She is not always reliable - indeed, sometimes infuriatingly unhelpful - but on balance I adore Iris. "She" is the acronym of the Iris Recognition Immigration System, the fast-track for passengers arriving in Britain. Thanks to Iris, you can (usually) bypass passport queues and leap the UK immigration hurdle in the blink of an eye. The really startling thing is, though, how few business travellers seem to know about her.
First, allow me to explain what Iris is not. The system is entirely independent of "smart" passports. All new UK passports contain a chip with biometric data, but at present the only information it bears is a digital scan of your photograph.
Other biometrics, from the geometry of your hand to your fingerprints, are in various stages of analysis. But for businesspeople hoping to accellerate their progress around the world in the first decade of the 21st century, the one that counts is your iris. The unique pattern between the pupils and the whites of your eyes can be captured and crunched, numerically speaking, by laser readers. This information is stored on a database of registered travellers. So when you show up and open your eyes for the scanners, the authorities know who you are, and that you are a trustworthy type.
The pioneers in Europe were the Dutch, who established the Privium system early in the century. Business travellers queued up to register, in order to avoid queuing up for immigration at Schiphol airport in Amsterdam. Indeed, travelling executives were even prepared to fund the exercise, paying €99 (£70) for the privilege of a year's membership; money well spent for passengers who passed through Schiphol every week, working out at less than two euros a trip to circumvent the endless queues of stag and hen parties heading to Amsterdam for the weekend.
Britain's version has proved more complicated to introduce, not least because we have numerous big international airports rather than just one as in Holland. But now she is here, Iris is especially appealing - because she is free.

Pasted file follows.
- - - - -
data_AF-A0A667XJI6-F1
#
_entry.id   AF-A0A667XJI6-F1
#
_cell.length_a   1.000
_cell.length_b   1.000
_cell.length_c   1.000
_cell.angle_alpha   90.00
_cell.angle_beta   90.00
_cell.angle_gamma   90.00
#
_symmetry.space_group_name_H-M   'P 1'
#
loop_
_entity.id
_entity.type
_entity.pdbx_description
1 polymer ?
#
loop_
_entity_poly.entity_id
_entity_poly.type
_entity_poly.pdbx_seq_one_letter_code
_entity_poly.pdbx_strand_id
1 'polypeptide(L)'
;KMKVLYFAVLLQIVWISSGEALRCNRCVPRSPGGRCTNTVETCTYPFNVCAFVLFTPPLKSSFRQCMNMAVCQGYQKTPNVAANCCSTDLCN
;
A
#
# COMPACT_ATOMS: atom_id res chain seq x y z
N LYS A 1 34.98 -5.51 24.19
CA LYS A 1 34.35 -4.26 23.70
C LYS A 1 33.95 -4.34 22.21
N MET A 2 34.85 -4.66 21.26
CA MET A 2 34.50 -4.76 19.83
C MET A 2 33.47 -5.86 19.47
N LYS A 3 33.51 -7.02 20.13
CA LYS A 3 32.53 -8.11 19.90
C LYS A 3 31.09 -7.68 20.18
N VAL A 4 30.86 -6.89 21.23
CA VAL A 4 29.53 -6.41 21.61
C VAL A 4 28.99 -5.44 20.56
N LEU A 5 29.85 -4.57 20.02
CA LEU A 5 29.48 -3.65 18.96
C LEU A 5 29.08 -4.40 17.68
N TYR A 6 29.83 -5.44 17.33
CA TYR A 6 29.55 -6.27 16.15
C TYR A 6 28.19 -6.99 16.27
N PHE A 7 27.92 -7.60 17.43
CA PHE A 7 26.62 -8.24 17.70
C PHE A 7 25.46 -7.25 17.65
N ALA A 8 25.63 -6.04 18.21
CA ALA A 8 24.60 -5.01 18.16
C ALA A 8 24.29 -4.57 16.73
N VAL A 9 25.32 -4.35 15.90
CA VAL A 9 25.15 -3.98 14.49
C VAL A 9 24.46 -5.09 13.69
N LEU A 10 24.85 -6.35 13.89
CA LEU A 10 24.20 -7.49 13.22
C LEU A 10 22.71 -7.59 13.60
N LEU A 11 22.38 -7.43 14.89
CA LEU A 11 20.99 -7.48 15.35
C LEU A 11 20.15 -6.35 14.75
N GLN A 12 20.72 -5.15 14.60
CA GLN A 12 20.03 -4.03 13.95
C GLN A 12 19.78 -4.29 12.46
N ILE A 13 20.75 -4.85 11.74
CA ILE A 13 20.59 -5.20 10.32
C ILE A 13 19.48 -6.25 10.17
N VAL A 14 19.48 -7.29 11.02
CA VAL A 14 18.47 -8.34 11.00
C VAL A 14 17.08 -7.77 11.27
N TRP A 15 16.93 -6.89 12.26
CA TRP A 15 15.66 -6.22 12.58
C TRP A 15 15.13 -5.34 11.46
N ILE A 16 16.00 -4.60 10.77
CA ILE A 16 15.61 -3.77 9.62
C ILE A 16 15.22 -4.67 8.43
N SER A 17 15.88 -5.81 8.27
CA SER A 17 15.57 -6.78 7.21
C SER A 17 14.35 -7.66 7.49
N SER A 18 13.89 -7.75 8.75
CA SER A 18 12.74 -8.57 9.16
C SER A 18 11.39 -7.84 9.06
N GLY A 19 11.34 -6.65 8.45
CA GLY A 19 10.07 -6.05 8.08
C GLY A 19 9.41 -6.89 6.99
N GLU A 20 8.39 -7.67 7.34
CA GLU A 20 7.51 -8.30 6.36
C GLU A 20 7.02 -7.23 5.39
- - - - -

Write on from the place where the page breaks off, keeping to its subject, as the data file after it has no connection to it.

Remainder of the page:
Iris was established primarily for frequent business travellers from outside the European Union, providing a bypass for the lengthy lines for non-EU citizens. But there is nothing - except apathy - to stop British travellers enlisting, too.
All you need to do is arrive at your key UK departure airport a little earlier than usual next time. Heathrow, Gatwick, Stansted and Manchester all have Iris registration points signposted after the security check. If the office is open - and from my experience that may not be the case even during official business hours - you have your passport checked, a few cursory questions asked and your irises scanned. Once signed up, you can irritate your fellow flyers (especially if you are travelling with colleagues) by heading for the glass cube to one side of the Immigration hall. Wave your hand on the green arrow and the doors should glide open. Look into one of the scanners angled up towards your eyeline, and - after a bit of messing about to get in the right position - the exit doors should open.
It looks like a "win-win" arrangement: good for you, because it helps you dodge interminable queues; good for officials, because it saves them wasting time on the majority of travellers who are believed to pose no threat, and concentrate on those they are not so sure about. Not everyone is comfortable with what amounts to a two-tier system: some say it unfairly disadvantages infrequent travellers, and may make them susceptible to undue scrutiny.
Those have tried it will conveniently put such concerns to one side, so enamoured are they with the special touch of Iris. Henceforth UK Immigration will be a breeze, except when you enter via one of the airports where Iris has yet to appear - or encounter one of the slightly too frequent failures of a system that may be too fickle for some. But, hey, to err is only human.
For more information on the Iris system see www.iris.gov.ukReuse content